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By: Bret Harte (1836-1902)

The Luck Of Roaring Camp And Other Sketches by Bret Harte The Luck Of Roaring Camp And Other Sketches

Bret Harte (1836–1902) was an American author and poet, best remembered for his accounts of pioneering life in California.... He moved to California in 1853, later working there in a number of capacities, including miner, teacher, messenger, and journalist. He spent part of his life in the northern California coastal town of Union (now known as Arcata), a settlement on Humboldt Bay that was established as a provisioning center for mining camps in the interior.... In 1868 he became editor of The Overland Monthly, another new literary magazine, but this one more in tune with the pioneering spirit of excitement in California...

By: Rev. Gerald T. Brennan

Angel Food: Little Talks to Little Folks by Rev. Gerald T. Brennan Angel Food: Little Talks to Little Folks

"Angel Food" consists of a series of short sermons for children on the truths of the Catholic Faith - but told with engaging stories, in a style and simple language that children can understand.The author was a parish priest in New York for many years during the mid 1900's. He was the author of several books for children, the most well known being the books in what is considered the "Angel Food" series.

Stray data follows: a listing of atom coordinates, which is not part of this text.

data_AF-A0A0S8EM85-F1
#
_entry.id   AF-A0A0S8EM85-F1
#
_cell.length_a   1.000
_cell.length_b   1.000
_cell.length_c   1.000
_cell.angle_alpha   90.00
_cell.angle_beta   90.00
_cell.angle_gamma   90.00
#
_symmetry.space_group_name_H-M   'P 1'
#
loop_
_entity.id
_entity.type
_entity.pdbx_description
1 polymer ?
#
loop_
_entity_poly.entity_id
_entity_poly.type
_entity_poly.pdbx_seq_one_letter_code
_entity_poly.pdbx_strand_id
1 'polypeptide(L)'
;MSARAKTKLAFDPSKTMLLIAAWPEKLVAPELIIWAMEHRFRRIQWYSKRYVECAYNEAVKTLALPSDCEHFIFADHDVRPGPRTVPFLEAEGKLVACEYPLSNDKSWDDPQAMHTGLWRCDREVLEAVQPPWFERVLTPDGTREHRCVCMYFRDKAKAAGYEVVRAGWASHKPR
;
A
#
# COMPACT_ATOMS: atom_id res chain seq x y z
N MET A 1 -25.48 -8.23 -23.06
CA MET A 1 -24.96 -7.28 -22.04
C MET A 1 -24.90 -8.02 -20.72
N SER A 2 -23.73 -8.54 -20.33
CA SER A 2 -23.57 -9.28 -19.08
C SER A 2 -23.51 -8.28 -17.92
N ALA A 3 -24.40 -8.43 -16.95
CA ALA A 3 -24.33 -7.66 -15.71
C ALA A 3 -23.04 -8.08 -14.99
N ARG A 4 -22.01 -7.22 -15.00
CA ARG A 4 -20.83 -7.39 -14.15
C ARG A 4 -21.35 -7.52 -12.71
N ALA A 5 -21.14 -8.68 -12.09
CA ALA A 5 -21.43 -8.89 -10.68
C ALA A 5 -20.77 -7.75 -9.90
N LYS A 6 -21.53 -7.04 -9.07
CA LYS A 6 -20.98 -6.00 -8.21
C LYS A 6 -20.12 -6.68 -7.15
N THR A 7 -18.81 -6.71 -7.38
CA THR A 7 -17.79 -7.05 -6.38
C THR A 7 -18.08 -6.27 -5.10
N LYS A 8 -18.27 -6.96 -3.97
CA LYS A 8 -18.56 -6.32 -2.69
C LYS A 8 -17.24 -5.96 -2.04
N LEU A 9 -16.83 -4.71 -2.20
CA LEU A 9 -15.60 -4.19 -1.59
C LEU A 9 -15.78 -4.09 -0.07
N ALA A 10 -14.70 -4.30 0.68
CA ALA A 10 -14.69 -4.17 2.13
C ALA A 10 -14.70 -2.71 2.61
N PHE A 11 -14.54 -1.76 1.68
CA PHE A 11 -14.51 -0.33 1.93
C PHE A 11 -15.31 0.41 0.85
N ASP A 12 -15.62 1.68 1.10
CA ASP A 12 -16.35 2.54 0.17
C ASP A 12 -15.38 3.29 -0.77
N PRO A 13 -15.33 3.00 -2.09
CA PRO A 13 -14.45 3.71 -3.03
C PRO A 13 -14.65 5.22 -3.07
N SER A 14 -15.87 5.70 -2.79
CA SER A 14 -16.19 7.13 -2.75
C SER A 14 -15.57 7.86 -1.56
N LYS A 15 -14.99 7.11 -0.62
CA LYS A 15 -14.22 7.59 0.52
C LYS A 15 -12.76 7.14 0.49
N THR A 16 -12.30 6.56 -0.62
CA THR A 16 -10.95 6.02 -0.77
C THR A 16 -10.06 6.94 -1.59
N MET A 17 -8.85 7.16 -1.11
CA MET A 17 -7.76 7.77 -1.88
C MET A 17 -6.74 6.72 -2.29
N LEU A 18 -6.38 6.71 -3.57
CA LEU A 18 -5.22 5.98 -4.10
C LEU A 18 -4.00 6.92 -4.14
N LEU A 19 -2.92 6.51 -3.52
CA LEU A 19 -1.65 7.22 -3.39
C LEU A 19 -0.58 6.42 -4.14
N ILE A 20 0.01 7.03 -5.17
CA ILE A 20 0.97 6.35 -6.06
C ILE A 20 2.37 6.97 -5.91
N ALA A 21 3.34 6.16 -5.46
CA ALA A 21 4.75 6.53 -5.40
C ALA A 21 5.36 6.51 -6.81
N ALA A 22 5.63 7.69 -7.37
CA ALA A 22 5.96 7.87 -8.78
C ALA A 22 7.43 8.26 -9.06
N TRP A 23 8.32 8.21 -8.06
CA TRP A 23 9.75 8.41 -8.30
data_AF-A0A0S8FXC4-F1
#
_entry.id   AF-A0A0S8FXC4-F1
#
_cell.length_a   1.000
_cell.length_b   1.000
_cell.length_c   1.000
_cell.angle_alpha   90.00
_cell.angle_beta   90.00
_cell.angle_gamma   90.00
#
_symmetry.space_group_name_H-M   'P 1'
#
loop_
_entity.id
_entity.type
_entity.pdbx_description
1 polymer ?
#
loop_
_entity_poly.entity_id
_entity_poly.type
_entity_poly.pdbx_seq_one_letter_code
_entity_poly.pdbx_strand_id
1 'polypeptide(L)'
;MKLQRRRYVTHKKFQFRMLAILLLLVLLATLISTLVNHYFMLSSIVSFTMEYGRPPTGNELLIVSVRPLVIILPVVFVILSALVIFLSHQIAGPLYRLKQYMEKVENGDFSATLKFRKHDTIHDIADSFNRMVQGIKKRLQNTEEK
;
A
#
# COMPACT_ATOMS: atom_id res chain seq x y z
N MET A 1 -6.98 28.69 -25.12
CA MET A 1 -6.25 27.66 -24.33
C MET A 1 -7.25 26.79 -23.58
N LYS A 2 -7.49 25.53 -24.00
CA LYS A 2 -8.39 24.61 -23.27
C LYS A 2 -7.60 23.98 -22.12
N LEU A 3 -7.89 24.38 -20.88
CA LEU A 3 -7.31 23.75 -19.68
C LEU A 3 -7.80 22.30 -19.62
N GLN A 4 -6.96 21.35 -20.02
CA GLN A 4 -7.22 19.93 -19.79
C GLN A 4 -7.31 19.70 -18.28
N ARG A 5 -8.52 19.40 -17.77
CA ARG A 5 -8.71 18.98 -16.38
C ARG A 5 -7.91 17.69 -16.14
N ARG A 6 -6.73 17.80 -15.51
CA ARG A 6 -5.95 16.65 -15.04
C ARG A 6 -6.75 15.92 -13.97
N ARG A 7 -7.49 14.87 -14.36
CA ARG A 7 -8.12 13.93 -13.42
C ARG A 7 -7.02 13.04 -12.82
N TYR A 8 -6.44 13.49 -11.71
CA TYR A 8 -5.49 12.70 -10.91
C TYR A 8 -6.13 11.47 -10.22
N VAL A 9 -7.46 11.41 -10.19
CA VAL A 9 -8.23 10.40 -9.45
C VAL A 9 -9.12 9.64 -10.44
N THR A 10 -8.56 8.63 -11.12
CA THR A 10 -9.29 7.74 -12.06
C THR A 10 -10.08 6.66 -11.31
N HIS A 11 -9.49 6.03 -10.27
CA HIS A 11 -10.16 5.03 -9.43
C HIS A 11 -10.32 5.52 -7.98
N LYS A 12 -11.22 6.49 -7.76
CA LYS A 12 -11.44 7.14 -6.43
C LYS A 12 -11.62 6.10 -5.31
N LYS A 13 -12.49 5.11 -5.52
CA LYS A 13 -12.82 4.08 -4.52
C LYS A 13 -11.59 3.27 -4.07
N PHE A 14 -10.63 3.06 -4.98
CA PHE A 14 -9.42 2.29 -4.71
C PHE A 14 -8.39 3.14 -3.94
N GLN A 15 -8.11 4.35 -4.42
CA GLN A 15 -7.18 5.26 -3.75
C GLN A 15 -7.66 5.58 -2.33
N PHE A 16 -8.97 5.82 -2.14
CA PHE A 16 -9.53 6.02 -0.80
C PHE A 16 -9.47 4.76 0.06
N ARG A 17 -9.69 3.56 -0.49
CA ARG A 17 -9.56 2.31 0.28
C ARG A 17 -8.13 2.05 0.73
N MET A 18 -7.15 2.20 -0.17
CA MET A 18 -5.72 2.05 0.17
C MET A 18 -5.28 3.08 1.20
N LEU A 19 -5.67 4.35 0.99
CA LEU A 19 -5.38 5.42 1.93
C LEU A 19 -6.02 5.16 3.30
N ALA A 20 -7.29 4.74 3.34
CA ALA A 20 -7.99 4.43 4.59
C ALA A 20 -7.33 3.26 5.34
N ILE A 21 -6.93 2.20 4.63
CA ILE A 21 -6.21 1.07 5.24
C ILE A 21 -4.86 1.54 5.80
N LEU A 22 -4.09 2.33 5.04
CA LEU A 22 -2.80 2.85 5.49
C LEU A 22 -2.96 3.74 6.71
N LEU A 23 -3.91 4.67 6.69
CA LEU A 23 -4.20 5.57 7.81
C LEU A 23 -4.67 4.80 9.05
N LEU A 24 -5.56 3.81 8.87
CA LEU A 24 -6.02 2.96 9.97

By: Katherine Mansfield (1888-1923)

Book cover In a German Pension

The first collected volume of short stories of the New Zealand modernist. Inspired by her own travels, Mansfield begins to refine her craft with a series of tales which depict German life at the brink of the first world war. (Introduction by S. Kovalchik)